Disrupted: Chapter 1 – “Disrupted!”
Today is not going to be a good day. You were up half the night worrying. You hardly hear the audiobook you put on in the car to steady your nerves, and as you walk from the parking deck to your office, the cup of coffee in your hand is shaking.
You make it through the front door and past the main lobby. On the way to your desk, you pass your colleagues. Some of them look well-rested as they debate last night’s game and swap weekend plans, but others look like you feel. They seem to share your nervous energy, and you get a few knowing half-smiles of camaraderie as you open your email and hope you’re wrong.
It’s no surprise that half the office seems on edge. Your company was just acquired and, on Monday, your leadership team said the dreaded word that you haven’t been able to stop thinking about: “reorganization,” commonly referred to as “reorg.”
By Wednesday, your manager, Marissa, announced that she was leaving, and last night your new manager, Dan, unexpectedly put some time on your calendar for nine a.m. today. You worked closely with Marissa for nearly two years, but now Dan has taken over Marissa’s team as well as two other teams. You worked on a project with Dan about a year ago, but he’s from a different department and most of the work was done remotely. You doubt he really remembers you.
When the clock strikes nine, you walk down to Dan’s new office where he is sitting with an HR business partner. He asks you to take a seat and shut the door.
Dan sighs, and you know instantly that you were right.
“Thank you for your work here the last two years,” he says. “But the company is moving in a different direction and we don’t have a need for your role right now.”
The rest of the conversation is awkward and brief, and then you thank Dan for telling you in person as you head back to your desk to pack up your things and wait for a follow-up email from HR.
As you take the long walk from the lobby back to your car, everything starts sinking in. You wonder what you did wrong, how you didn’t see this coming months ago, and worst of all, you worry about what comes next.
Last Friday your world was completely different. You had a plan, you felt secure, but now…you’ve been disrupted!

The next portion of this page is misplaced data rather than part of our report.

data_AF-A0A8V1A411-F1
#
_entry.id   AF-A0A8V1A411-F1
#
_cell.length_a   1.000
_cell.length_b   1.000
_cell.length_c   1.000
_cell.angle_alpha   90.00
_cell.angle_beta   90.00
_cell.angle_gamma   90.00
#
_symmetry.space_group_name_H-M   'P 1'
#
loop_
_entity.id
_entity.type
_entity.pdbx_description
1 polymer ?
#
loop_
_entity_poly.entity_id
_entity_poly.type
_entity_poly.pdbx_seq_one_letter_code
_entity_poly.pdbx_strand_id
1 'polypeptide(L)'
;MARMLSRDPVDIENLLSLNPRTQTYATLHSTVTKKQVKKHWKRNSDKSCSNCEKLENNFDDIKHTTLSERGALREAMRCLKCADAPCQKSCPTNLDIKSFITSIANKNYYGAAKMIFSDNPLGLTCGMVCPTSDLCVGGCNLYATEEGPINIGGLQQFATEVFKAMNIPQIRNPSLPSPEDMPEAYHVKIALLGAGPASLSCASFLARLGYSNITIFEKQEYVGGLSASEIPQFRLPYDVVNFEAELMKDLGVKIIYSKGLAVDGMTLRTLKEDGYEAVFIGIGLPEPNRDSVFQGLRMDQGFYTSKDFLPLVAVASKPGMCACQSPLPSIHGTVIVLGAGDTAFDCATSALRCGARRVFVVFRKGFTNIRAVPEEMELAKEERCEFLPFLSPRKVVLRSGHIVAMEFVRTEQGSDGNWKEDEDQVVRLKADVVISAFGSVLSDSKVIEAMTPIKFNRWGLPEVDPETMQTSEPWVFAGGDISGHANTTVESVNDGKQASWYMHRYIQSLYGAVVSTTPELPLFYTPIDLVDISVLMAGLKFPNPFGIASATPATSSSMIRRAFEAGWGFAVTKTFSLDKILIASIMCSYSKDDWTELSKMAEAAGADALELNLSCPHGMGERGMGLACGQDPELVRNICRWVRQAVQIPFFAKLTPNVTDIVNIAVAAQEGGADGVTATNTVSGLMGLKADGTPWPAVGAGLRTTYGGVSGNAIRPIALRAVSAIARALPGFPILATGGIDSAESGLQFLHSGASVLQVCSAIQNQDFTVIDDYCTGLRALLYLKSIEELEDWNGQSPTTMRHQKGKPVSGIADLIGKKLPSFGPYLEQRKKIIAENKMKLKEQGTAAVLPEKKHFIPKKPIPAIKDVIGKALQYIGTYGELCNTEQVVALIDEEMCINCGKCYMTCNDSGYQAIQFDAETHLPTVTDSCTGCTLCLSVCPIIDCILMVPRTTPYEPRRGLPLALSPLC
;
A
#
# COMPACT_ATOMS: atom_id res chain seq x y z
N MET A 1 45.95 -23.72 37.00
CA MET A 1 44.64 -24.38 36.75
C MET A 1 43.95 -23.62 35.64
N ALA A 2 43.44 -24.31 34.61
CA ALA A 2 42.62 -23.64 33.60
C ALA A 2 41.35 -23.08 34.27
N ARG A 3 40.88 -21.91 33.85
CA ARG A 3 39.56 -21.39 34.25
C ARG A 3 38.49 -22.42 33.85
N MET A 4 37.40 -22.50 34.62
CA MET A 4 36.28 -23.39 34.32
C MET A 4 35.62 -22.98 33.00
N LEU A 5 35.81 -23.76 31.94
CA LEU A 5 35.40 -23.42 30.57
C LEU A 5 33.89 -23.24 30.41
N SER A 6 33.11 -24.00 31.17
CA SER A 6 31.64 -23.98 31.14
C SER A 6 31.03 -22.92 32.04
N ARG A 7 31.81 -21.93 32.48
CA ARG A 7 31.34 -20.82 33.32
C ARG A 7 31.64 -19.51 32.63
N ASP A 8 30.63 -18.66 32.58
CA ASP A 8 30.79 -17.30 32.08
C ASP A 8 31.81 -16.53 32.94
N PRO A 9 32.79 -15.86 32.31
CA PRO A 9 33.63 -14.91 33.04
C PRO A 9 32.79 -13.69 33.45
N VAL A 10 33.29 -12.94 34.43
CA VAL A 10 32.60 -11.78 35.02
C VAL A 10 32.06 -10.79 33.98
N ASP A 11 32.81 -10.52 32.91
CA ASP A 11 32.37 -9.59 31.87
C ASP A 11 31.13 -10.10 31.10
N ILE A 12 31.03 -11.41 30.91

Disruption happens to everyone at some point in their careers, and, for many of us, it will happen many times over. Whether you’re a new recruit or a twenty-year veteran, a seasoned C-Suite leader or a recent college grad, you can and will be disrupted. Favorite managers leave, companies are bought and sold, and boards decide their companies need a new face at the helm. Whether or not you’ve lived this story firsthand yet, the inevitable truth is that at some point in your career you will be disrupted.
In fact, you may even disrupt yourself! We actively seek new roles, go back to school, move our families, or chase dreams. And while that kind of disruption is self-inflicted, it, too, can create lasting impressions that may linger outside of our best intentions.
We take disruption personally. Whether it’s a long walk from a desk to a parking lot with our things in a cardboard box or a cross-country move, there’s vulnerability that comes with disruption. Even when we’re in the driver’s seat, we often still feel lost, confused, and a little scared. Yet some people seem to thrive in disruption! Our societal lexicon is full of underdogs who turned failures into successes and went from disrupted dreamers to kings and queens of the hill. So, how do they do it?
Until recently, the old model for promotions and success within a company had not changed much since the 1950s. You put in your time with a company and the company would slowly bring you along in your professional development, investing in you and moving you along at an established pace to develop new skills and to prepare you for a senior leadership position. But that old and patient model has changed. Companies move at incredible speeds and, as the demand for more specialized and technical skills increases, talent leaders can no longer wait for someone to develop a skill over time. They need the skill right away. This is why many companies have shifted to a hiring model of “What do we need today?” and “Who can adjust easily to whatever we need tomorrow?”
That’s a very different mindset for developing and acquiring talent, and it’s a shift that not many employees realize has occurred. Even self-labeled “job-hoppers,” who only plan to stay with a company for a year or two, still have expectations that a company will help develop them and advance their career in some way. And while many organizations say they do this, the reality is that most employees do not hit the internal development radar until they meet a specific criterion. That’s why, when disruption suddenly hits us, we often feel confused.
- “I didn’t know they were looking for that skill set…”
- “I assumed they would teach me any new skills I needed…”
- “I would have learned how to do that if they’d let me know…”
But, as I mentioned earlier, some people thrive in disruption. Or at least, they seem to. So, what’s their secret? Those who thrive in disruption understand how to do two things that will improve their ability to navigate disruption and reset their careers: they know how to position their brands and they know how to tell their own stories.
In our latest book, we discuss both and share insights about expectations from hundreds of talent leaders. There’s more to come ….stay tuned!